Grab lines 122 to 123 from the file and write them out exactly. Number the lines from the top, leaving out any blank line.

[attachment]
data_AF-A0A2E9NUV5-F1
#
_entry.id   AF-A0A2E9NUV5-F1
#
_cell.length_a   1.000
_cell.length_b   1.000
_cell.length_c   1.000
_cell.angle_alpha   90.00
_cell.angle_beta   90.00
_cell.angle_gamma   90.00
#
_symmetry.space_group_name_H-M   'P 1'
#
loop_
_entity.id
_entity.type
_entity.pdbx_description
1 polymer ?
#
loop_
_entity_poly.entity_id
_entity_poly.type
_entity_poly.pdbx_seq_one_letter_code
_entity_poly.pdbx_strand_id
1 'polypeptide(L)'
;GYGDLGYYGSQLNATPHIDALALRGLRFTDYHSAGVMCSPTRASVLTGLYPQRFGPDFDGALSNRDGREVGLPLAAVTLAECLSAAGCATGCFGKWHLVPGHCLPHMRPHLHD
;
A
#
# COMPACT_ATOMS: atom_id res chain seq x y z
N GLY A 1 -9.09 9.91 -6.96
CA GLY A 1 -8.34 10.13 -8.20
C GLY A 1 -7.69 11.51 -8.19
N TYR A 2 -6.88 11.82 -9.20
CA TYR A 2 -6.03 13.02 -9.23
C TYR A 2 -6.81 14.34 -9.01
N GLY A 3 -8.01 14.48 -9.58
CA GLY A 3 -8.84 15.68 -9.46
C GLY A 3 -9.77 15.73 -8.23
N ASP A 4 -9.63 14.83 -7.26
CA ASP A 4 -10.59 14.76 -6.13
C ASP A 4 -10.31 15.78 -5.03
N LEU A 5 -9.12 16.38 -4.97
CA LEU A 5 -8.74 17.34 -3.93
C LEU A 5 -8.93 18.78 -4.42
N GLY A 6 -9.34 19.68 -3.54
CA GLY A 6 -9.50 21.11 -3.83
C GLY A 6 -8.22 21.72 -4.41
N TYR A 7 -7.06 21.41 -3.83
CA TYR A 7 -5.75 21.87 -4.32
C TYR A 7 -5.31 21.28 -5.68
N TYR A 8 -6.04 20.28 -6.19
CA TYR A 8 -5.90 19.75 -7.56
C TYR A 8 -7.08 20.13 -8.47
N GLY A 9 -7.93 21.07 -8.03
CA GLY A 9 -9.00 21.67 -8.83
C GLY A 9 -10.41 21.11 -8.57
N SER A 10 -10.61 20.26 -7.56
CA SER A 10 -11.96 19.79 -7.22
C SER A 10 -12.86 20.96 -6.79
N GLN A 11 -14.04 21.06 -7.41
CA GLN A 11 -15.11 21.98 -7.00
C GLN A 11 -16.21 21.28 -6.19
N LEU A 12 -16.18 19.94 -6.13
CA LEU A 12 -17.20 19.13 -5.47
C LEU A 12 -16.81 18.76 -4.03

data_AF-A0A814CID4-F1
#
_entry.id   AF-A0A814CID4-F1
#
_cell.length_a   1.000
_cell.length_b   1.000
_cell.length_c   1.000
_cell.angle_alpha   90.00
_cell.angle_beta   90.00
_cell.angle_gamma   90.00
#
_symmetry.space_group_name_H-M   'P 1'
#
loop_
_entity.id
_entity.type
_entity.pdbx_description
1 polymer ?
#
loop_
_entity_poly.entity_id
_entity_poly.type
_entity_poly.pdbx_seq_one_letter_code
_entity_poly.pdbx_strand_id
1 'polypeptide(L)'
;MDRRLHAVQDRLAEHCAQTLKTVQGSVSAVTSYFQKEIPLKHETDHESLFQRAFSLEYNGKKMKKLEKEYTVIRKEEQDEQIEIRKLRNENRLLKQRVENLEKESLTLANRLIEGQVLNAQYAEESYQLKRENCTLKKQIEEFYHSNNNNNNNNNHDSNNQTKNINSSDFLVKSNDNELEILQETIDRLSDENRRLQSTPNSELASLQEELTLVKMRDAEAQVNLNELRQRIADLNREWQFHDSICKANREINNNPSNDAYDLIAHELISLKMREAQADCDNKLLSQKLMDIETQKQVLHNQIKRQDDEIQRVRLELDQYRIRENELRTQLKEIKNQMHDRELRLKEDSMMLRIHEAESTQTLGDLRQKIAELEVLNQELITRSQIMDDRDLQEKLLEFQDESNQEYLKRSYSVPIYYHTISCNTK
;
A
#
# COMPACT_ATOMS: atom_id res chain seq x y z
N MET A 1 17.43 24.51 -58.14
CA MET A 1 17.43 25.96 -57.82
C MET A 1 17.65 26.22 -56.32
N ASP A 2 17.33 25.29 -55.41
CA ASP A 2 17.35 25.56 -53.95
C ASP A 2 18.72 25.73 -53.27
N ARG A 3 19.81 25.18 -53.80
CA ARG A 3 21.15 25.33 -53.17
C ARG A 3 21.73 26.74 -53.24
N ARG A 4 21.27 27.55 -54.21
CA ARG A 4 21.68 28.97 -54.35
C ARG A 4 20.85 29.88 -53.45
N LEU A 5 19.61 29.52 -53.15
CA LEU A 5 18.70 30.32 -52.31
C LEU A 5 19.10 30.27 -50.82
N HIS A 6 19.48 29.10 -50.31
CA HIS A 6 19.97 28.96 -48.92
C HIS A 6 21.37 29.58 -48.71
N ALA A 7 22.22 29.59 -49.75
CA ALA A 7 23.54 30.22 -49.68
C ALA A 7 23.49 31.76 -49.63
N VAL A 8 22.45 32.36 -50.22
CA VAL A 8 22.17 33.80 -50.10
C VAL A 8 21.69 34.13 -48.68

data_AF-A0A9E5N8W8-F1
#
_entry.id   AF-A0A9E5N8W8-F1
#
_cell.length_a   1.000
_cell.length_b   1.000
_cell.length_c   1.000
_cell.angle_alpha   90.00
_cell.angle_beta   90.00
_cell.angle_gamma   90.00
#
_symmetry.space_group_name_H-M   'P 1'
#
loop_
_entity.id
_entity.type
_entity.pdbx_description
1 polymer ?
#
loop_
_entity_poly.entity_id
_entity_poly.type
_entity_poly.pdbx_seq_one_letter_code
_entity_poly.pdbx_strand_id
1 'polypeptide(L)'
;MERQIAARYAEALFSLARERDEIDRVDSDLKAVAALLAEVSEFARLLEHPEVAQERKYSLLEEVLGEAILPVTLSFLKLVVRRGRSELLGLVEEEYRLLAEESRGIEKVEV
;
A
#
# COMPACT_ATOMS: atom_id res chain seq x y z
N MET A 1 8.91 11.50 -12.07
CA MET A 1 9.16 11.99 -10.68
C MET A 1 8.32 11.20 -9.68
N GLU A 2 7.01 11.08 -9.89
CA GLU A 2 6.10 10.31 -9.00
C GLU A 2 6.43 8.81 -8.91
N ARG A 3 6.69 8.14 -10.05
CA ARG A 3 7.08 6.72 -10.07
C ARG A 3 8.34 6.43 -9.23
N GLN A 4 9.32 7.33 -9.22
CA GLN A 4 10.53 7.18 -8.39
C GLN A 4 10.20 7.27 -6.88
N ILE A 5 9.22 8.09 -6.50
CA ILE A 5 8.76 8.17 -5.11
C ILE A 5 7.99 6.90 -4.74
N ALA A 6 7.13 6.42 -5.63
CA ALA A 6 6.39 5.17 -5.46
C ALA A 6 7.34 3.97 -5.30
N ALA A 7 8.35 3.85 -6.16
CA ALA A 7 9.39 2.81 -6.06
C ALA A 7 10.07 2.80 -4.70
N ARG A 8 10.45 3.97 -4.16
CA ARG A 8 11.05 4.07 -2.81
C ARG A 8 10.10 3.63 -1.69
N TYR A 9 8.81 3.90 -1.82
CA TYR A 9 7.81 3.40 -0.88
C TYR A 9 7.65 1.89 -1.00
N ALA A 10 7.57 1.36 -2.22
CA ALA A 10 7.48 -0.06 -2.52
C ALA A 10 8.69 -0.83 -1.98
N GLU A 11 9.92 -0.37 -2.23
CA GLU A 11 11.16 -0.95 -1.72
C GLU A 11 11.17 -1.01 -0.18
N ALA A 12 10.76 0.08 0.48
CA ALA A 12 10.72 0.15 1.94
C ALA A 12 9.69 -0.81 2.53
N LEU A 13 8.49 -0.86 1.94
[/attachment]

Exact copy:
#
_entry.id   AF-A0A9E5N8W8-F1